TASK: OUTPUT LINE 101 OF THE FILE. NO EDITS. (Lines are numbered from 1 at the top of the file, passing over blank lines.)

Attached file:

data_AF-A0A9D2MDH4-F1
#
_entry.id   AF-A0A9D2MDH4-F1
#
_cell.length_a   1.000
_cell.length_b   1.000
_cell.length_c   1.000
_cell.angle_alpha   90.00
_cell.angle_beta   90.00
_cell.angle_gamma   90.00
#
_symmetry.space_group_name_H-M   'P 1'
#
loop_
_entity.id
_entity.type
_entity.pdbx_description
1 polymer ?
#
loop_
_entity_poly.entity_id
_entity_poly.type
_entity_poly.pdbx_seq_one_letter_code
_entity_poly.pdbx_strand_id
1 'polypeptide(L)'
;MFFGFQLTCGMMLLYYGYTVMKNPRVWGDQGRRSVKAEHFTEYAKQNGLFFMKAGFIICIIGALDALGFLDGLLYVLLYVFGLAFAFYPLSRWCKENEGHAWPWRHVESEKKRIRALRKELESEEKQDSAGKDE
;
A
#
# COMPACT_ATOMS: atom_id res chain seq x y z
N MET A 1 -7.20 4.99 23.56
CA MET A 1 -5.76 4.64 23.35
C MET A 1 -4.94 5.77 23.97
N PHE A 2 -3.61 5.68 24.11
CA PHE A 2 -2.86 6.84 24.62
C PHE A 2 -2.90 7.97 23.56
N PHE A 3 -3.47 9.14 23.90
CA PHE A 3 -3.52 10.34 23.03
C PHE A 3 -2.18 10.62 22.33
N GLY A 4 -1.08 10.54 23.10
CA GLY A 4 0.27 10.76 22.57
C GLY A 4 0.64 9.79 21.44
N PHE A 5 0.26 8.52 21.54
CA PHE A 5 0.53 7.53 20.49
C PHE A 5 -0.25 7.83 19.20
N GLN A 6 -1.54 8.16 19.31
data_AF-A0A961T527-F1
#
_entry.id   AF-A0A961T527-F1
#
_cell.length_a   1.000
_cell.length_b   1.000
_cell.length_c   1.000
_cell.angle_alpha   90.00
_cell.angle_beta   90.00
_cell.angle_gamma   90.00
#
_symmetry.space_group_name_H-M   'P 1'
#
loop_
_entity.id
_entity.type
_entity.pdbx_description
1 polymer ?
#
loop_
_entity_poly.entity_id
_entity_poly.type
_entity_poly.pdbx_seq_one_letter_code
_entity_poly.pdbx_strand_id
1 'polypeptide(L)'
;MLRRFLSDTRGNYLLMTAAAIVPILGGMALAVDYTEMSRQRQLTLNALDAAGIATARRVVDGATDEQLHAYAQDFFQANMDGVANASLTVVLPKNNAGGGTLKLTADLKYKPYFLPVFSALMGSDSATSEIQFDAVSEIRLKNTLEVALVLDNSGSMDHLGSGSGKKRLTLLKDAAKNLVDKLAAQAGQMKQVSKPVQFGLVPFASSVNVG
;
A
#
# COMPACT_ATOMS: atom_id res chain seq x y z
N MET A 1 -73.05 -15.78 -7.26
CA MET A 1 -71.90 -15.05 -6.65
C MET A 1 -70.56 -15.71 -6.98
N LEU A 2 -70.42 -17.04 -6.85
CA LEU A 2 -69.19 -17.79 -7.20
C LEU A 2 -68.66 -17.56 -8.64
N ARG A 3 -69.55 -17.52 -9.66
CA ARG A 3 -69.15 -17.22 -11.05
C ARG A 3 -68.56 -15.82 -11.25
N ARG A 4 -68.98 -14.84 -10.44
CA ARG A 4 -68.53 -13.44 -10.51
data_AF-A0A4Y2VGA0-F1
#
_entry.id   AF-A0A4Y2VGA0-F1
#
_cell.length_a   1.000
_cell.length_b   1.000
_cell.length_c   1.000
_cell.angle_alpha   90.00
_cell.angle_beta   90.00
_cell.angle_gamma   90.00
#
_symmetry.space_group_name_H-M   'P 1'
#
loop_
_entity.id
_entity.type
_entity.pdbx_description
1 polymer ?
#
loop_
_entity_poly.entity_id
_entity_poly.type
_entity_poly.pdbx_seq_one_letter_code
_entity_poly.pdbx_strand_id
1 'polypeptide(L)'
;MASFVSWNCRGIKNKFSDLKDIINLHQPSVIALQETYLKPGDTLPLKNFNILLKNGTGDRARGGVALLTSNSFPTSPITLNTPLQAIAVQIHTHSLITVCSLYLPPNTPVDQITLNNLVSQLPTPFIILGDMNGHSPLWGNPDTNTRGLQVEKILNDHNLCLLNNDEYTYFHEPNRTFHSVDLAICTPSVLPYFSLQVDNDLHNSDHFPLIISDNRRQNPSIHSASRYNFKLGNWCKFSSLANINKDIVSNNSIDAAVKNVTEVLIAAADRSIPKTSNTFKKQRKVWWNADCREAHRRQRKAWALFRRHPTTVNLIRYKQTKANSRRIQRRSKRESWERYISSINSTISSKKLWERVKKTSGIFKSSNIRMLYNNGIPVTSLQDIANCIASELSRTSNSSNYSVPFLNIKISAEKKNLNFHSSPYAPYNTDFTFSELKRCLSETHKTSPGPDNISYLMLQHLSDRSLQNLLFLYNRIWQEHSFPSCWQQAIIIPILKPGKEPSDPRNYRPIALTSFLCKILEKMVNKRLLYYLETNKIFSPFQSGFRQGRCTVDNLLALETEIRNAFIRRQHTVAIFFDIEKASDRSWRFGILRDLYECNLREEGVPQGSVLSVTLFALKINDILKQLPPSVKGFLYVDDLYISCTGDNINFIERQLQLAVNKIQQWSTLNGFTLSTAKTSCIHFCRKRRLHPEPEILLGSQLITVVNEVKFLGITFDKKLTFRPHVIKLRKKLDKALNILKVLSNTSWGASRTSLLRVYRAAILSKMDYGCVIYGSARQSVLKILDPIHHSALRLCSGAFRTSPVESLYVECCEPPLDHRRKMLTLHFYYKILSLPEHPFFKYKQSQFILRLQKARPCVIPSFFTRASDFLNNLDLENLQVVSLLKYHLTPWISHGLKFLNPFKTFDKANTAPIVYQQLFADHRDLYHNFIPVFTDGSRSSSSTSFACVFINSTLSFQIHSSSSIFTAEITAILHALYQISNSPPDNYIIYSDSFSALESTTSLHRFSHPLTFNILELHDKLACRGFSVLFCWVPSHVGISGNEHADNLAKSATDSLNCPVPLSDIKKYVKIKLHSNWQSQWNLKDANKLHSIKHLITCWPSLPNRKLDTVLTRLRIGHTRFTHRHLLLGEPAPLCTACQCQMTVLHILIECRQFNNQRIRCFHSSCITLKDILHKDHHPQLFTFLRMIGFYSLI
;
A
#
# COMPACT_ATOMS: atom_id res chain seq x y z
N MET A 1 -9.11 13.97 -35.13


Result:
loop_